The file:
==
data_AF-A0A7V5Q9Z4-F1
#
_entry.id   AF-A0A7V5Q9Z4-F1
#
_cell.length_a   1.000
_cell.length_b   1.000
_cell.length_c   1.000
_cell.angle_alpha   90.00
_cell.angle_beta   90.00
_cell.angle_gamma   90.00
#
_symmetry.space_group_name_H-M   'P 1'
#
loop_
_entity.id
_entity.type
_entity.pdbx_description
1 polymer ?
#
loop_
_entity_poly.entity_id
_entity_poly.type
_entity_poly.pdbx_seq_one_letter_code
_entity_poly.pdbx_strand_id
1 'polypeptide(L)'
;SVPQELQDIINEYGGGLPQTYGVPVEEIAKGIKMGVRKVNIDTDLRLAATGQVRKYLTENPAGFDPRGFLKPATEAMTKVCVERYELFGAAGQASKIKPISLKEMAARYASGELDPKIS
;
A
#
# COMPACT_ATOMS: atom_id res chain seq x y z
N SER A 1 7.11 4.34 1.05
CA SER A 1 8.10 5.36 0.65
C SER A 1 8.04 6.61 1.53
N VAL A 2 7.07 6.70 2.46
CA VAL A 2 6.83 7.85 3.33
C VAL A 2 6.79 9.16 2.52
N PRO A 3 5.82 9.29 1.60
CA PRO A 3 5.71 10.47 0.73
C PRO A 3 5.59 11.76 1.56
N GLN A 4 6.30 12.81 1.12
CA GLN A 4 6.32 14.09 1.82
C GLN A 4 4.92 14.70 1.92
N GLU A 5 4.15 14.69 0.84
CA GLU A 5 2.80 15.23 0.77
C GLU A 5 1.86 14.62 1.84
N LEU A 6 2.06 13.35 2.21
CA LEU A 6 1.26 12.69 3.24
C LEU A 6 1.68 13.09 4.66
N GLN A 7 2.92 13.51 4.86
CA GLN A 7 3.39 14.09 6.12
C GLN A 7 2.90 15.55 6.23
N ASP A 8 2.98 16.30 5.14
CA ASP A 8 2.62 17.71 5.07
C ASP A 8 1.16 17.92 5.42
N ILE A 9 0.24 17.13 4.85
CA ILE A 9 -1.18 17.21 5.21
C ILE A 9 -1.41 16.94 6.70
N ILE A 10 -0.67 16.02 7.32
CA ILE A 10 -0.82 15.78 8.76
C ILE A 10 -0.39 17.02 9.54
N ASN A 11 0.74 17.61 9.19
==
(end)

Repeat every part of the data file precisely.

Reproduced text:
data_AF-A0A7V5Q9Z4-F1
#
_entry.id   AF-A0A7V5Q9Z4-F1
#
_cell.length_a   1.000
_cell.length_b   1.000
_cell.length_c   1.000
_cell.angle_alpha   90.00
_cell.angle_beta   90.00
_cell.angle_gamma   90.00
#
_symmetry.space_group_name_H-M   'P 1'
#
loop_
_entity.id
_entity.type
_entity.pdbx_description
1 polymer ?
#
loop_
_entity_poly.entity_id
_entity_poly.type
_entity_poly.pdbx_seq_one_letter_code
_entity_poly.pdbx_strand_id
1 'polypeptide(L)'
;SVPQELQDIINEYGGGLPQTYGVPVEEIAKGIKMGVRKVNIDTDLRLAATGQVRKYLTENPAGFDPRGFLKPATEAMTKVCVERYELFGAAGQASKIKPISLKEMAARYASGELDPKIS
;
A
#
# COMPACT_ATOMS: atom_id res chain seq x y z
N SER A 1 7.11 4.34 1.05
CA SER A 1 8.10 5.36 0.65
C SER A 1 8.04 6.61 1.53
N VAL A 2 7.07 6.70 2.46
CA VAL A 2 6.83 7.85 3.33
C VAL A 2 6.79 9.16 2.52
N PRO A 3 5.82 9.29 1.60
CA PRO A 3 5.71 10.47 0.73
C PRO A 3 5.59 11.76 1.56
N GLN A 4 6.30 12.81 1.12
CA GLN A 4 6.32 14.09 1.82
C GLN A 4 4.92 14.70 1.92
N GLU A 5 4.15 14.69 0.84
CA GLU A 5 2.80 15.23 0.77
C GLU A 5 1.86 14.62 1.84
N LEU A 6 2.06 13.35 2.21
CA LEU A 6 1.26 12.69 3.24
C LEU A 6 1.68 13.09 4.66
N GLN A 7 2.92 13.51 4.86
CA GLN A 7 3.39 14.09 6.12
C GLN A 7 2.90 15.55 6.23
N ASP A 8 2.98 16.30 5.14
CA ASP A 8 2.62 17.71 5.07
C ASP A 8 1.16 17.92 5.42
N ILE A 9 0.24 17.13 4.85
CA ILE A 9 -1.18 17.21 5.21
C ILE A 9 -1.41 16.94 6.70
N ILE A 10 -0.67 16.02 7.32
CA ILE A 10 -0.82 15.78 8.76
C ILE A 10 -0.39 17.02 9.54
N ASN A 11 0.74 17.61 9.19